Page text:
IT professionals have once again topped the list of highest earners in Australia, thanks to high demand and a shortage of skilled workers.

That’s according to the latest Hays recruitment salary guide which found cyber security is one of the most highly paid and in-demand skillsets in IT.

Security analysts, consultants, and architects regularly receive packages in excess of $100,000 per year, with some architects broaching the $200,000 mark.

“As security threats become more prevalent and sophisticated, cyber security remains a top priority for more organisations,” the report says.

“There has been a significant increase in the need for cyber security consultants, result in an upwards movement in remuneration.”

Incidents of major data breaches are becoming more commonplace in Australia with a notable start-up and university both announcing the discovery of large-scale breaches in recent weeks.

The Commonwealth government also opened an extra $8.5 million round of funding this month to grow local cyber security companies.

Even though automation is an increasingly viable option to combat bad actors on a network, security is not at risk of being a job that automation takes over any time soon – especially considering that less than a quarter of Australian businesses use automated security technologies to enhance their cyber resilience.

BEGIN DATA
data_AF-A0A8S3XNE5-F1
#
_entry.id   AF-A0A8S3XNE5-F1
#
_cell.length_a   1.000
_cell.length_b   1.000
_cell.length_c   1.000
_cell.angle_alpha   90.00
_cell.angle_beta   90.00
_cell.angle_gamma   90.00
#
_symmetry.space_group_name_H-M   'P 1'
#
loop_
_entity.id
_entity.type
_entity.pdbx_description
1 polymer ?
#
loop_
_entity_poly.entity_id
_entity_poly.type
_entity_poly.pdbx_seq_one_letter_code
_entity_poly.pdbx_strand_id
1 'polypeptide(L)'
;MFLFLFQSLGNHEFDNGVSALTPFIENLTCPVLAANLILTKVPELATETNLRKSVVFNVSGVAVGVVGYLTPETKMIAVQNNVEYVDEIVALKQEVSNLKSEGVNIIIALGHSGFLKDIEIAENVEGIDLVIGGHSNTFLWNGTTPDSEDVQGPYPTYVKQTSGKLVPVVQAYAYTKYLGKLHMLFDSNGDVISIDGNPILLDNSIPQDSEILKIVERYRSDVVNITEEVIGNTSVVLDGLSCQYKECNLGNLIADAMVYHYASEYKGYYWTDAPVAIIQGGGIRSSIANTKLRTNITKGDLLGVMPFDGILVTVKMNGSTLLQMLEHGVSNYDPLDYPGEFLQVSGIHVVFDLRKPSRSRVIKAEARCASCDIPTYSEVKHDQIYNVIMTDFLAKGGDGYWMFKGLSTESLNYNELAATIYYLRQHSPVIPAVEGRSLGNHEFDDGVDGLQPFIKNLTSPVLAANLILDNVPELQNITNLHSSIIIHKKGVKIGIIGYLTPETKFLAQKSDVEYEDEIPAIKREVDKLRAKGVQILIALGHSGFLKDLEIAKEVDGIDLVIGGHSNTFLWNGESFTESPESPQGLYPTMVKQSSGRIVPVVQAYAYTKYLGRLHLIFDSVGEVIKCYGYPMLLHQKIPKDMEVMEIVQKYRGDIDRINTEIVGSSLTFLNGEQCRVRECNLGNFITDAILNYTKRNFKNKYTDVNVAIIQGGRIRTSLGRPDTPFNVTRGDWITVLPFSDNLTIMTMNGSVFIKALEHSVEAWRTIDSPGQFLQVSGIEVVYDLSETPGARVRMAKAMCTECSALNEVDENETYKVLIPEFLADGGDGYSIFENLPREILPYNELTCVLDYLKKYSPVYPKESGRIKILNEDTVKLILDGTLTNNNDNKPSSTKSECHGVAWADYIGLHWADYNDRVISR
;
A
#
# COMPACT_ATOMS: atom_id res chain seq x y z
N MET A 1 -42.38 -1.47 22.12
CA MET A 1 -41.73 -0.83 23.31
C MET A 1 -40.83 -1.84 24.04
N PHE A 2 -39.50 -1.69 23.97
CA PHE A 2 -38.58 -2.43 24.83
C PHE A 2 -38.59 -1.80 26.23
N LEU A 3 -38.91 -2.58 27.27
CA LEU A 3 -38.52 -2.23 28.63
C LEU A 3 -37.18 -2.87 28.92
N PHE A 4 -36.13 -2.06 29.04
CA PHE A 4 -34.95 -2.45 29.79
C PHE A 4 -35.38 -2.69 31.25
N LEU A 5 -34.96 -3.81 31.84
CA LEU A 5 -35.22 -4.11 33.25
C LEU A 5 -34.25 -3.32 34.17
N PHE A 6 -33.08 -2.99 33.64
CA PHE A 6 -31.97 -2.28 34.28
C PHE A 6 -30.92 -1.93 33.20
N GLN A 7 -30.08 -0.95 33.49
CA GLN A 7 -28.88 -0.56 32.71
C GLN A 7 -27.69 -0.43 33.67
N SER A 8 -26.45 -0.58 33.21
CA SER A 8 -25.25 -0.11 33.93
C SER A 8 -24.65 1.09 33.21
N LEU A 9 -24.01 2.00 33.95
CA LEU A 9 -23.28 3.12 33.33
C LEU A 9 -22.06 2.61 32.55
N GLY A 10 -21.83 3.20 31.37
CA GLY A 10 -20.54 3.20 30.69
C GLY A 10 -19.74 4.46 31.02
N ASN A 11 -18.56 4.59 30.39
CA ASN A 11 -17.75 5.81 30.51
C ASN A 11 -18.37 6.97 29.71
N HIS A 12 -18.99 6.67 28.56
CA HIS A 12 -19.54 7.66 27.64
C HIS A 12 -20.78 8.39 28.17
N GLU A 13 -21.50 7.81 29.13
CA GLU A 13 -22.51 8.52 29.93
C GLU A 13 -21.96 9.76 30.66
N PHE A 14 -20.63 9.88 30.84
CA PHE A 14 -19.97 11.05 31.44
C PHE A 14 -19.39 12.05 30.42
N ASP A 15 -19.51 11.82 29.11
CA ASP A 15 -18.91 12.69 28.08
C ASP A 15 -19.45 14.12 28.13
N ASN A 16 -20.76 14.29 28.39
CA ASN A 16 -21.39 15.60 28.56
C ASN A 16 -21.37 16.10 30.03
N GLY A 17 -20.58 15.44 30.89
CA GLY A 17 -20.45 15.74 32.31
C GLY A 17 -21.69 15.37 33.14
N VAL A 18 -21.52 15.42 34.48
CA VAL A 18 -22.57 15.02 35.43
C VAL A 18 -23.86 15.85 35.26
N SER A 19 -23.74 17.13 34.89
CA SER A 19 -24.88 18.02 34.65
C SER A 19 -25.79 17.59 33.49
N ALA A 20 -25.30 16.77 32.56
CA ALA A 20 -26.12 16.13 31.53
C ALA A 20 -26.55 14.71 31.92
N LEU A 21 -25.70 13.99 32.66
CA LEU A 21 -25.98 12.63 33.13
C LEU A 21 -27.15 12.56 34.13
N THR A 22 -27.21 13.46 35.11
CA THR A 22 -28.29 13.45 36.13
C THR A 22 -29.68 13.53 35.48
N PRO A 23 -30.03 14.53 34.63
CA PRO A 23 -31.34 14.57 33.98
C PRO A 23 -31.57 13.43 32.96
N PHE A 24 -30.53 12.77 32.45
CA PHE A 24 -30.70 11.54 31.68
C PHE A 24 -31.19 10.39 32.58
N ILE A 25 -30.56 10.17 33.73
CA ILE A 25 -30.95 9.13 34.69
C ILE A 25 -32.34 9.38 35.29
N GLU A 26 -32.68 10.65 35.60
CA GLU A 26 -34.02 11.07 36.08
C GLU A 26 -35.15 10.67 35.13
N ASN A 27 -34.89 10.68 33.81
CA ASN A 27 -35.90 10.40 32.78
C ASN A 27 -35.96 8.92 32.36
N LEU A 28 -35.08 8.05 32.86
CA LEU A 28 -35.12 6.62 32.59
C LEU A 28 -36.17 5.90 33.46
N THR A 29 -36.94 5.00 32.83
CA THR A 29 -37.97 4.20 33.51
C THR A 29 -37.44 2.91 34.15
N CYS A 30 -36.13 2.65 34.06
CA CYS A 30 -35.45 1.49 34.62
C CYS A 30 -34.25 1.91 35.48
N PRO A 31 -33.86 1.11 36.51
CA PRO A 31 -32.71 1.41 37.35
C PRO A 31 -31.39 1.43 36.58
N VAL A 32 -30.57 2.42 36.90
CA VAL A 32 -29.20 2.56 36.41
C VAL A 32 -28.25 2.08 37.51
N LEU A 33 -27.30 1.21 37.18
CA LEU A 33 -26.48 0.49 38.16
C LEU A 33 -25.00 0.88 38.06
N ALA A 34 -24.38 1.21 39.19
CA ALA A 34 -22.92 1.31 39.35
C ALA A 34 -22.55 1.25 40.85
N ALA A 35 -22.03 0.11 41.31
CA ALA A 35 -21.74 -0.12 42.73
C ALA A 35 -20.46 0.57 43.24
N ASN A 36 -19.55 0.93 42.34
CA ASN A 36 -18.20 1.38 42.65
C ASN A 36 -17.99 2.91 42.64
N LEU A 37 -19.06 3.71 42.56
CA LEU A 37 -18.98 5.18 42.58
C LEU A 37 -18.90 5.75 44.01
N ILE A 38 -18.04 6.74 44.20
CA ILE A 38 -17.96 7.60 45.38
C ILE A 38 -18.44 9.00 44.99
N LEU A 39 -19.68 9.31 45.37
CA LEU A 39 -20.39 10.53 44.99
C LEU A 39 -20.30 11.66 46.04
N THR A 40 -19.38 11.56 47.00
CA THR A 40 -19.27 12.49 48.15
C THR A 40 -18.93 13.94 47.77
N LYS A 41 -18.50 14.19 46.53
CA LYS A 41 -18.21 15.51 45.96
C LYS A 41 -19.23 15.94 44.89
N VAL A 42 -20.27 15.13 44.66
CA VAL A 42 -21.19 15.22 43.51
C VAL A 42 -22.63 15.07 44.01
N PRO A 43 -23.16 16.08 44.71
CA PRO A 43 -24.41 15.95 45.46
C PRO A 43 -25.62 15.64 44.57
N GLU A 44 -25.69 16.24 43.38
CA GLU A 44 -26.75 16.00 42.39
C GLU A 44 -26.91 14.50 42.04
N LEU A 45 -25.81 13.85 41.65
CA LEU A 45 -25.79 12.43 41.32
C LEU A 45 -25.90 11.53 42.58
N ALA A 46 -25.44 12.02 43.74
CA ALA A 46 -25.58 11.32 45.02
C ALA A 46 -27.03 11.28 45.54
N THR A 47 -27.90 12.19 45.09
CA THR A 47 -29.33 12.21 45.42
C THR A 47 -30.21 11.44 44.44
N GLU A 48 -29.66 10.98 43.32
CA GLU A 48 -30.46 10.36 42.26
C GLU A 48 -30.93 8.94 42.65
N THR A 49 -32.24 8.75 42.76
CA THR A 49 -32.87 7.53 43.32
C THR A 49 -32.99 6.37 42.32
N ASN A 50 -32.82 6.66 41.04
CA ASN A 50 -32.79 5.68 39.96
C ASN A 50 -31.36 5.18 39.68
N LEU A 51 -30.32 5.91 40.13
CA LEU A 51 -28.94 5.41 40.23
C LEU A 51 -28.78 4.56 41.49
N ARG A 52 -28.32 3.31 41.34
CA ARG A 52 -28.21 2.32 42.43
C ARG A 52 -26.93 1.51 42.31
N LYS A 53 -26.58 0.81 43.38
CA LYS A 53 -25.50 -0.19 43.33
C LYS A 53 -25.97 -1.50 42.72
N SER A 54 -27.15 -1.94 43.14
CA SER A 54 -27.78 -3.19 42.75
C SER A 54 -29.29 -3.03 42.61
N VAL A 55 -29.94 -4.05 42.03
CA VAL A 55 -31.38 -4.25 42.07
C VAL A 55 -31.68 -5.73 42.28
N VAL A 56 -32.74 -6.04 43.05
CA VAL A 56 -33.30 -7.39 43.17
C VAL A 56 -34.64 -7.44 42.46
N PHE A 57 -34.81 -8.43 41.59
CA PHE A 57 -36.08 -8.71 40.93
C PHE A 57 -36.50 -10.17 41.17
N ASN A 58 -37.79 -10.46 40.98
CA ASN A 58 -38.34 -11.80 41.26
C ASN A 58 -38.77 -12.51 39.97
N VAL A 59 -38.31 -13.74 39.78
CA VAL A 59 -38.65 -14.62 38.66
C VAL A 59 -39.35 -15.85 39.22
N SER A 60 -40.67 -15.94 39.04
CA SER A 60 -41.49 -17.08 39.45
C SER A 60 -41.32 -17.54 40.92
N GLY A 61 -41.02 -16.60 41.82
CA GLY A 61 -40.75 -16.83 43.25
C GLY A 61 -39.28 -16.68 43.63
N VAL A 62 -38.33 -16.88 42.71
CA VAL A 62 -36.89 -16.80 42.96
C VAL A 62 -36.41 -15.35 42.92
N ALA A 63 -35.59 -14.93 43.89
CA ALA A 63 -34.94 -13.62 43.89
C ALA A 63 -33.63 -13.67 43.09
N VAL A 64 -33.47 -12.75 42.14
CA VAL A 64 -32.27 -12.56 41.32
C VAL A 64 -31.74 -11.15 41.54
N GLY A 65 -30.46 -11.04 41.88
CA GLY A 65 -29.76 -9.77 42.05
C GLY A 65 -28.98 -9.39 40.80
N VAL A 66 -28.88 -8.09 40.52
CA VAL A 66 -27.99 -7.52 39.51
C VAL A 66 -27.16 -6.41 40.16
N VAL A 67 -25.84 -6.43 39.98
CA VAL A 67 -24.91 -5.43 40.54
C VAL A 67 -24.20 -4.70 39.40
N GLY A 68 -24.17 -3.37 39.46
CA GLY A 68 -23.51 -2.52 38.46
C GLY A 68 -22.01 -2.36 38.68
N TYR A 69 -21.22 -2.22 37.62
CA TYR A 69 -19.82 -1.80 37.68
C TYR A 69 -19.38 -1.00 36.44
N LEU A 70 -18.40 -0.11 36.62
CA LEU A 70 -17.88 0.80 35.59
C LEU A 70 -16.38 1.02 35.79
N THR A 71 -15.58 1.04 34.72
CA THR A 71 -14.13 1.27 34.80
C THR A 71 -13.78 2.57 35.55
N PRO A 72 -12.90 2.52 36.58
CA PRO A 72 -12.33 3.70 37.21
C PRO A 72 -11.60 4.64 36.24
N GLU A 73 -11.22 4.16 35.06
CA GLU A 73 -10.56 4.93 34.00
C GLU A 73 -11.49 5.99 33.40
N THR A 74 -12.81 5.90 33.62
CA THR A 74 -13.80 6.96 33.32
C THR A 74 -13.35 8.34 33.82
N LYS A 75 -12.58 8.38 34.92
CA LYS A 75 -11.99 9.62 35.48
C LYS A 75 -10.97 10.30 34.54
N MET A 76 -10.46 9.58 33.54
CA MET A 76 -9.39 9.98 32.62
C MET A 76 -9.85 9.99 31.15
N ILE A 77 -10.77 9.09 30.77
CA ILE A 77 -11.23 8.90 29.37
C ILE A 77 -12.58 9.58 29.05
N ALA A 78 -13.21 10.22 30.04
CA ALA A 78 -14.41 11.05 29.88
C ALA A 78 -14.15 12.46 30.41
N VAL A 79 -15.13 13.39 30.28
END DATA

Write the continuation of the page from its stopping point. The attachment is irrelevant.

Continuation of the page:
Big data, big money

Earlier this year, big data was deemed a skills area in high demand for 2019.

Specific experience with SQL, R, Python, and Hadoop were in particularly high demand in order to help organisations leverage the masses of data they collect.

Now Hays is reporting that data scientists can earn upwards of $240,000 per year, and – along with data modelers – tend to receive more than $100,000 per year in each Australian capital city.

The amount of data that is being produced by companies is staggering.

A recent CISCO report found annual global internet traffic would continue to increase and reach 4.8 zettabytes (4.8 trillion terabytes) annually by 2022, while a Seagate-sponsored IDC whitepaper estimates that the yearly sum of all new data created, stored, and copied will be 175 zettabytes by 2025.

Along with the proliferation of data across the world, innovative ways of expressing and interpreting this data can produce unexpected results.

High profile instances of big data being successful where traditional analytics failed – like in the 2019 federal election – only help to raise the value of these already sought-after skillsets.

However, recruiters are interested in more than mere technical skills.

“As IT continues to evolve from a ‘keeping the lights on’ function to an enabler of transformation, companies are seeking candidates who understand business drivers,” the salary guide found.

“In addition, the changing technical landscape means candidates need to have a continuous learning mindset and the ability to adapt to emerging technologies and changing business needs.”